The Baby Bells seek to gain back lost ground this week when regulators issue final telecom pricing rules, though some investors aren't holding their breath.
The big local phone companies endured a sharp selloff in February when the Federal Communications Commission issued a largely negative preliminary decision. Wall Street's discontent centered on what's known as mandatory discounting on voice lines. That's a practice that forces
to offer discounts to phone-service rivals.
Now, the FCC is expected to issue final comments, ending months of market speculation over the direction of give-and-take at the bitterly divided agency. Baby Bell shareholders are crossing their fingers for a softening in the language of the agency's Feb. 20 preliminary order.
Still, most observers doubt the new ruling will ease the Bells' pain, what with their core businesses still reeling. And barring a complete rewrite, the agency's latest remarks are expected to trigger a whole new round of lawsuits and appeals from the industry.
Observers expect that this week's order will formalize the decision to hand wholesale pricing jurisdiction to the states, with a stipulation to phase out mandatory discounts altogether in three years. The discounts were designed to promote local phone competition, by forcing the Bells to rent their networks to rivals who, in turn, resell the service. But the Bells say the resale prices mean red ink to them.
The rules date back to the Telecom Act of 1996, a nebulous body of guidelines intended to foster phone industry competition. Going into the FCC's triennial review of local competition laws issued in February, many observers had expected to see some of the wholesale pricing laws rolled back, to the benefit of the regional Bells. But in a 3-to-2 vote, the agency let the rules stand and handed off the matter to the states.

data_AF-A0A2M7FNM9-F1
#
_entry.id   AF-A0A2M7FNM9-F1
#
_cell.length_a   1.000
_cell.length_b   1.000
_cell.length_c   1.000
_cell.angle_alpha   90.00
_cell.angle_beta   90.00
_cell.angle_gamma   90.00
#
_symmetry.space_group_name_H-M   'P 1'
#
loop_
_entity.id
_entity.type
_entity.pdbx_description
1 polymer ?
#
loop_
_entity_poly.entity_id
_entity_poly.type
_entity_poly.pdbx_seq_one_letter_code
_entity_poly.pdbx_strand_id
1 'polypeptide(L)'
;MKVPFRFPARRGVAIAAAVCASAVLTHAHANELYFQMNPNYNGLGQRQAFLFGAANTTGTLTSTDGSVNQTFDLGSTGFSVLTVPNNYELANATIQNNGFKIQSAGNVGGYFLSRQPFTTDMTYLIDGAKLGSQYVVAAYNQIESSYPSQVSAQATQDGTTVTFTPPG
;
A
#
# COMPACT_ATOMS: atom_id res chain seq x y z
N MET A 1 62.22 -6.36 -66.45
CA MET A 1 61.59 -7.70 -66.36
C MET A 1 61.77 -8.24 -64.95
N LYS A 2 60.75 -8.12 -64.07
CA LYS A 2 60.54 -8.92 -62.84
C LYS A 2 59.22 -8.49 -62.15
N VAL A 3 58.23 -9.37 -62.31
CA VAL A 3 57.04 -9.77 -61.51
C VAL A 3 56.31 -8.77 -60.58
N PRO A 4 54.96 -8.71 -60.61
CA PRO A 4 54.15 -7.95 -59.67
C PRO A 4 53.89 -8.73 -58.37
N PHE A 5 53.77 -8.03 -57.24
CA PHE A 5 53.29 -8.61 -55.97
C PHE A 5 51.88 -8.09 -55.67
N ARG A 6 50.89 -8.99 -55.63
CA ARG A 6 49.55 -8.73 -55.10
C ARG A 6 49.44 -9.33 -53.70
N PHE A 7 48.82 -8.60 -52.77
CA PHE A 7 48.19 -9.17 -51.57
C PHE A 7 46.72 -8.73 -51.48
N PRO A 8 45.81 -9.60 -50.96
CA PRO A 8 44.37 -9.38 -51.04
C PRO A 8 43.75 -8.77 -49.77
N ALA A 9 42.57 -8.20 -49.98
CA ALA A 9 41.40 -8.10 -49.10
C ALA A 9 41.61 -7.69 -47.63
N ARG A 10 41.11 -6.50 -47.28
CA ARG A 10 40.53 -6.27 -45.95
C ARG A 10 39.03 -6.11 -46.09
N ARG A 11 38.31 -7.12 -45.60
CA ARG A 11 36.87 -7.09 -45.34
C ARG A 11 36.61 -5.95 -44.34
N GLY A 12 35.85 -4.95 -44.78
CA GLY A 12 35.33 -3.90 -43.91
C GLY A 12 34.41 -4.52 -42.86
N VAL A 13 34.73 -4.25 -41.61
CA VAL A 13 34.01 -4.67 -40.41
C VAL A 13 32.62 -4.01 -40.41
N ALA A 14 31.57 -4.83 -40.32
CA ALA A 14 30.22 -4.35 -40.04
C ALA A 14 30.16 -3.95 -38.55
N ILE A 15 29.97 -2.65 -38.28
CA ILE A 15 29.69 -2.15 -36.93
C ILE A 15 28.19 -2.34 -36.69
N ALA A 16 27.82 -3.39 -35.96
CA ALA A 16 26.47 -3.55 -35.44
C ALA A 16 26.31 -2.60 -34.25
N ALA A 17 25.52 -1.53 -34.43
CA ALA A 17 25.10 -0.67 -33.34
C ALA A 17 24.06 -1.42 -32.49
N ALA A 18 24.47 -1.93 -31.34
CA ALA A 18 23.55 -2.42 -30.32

Having lost hundreds of thousands of customers already to resellers like
, the Bells have vowed to fight back -- both in the marketplace and in the courthouse. Recent flat-rate and
bundled service packages have helped the Bells stem the loss of customers.
Wall Street viewed the original order as a
hard blow to the Bells, sending their shares on a sharp three-week decline. But some analysts later predicted that the final version of the FCC order would soften some of the impact. The Bell stocks are all now above their February levels.
Few expect any
significant changes to the order, which has some investors betting that the final version will amount to a replay of the disappointment of the original. With no obvious relief from the discounting rules, these investors suspect that an unchanged order will dash some of the recent Bell-side optimism.
With massive debts, no revenue growth and a shrinking core local phone business, the Bells don't exactly offer much right now to entice investors. Even the new growth areas -- think of the cash-burning digital subscriber line, or DSL, business -- only compound the problem, in some regards.
The FCC order won't change the picture much for the Bells, says money manager Craig Nedbalski of Victory Capital Management.
"Clearly the economy hasn't helped, business spending has not picked up and there's been no new demand for services," says Nedbalski, who owns SBC and Verizon. "But I am encouraged by the strong DSL rollout."
That's the angle some investors are playing on the FCC ruling. The one positive from the Feb. 20 guidance was that the agency left the Bells alone when it came to data lines.
Nedbalski says the Bells' DSL technology, which falls under that part of the ruling, is loaded with untapped potential that is as yet underappreciated. Now that the FCC has dropped the requirement that the Bells share the lines with competitors, they are free to capitalize.
"Now it's just a matter of hitting critical mass," says Nedbalski. "Before the FCC review, there was no incentive because they had to build it and then sell it below cost to competitors."
So the Bells might well be hoping that investors focus on that DSL opportunity when the final order comes out -- and not on the continuing customer exodus from the local phone business.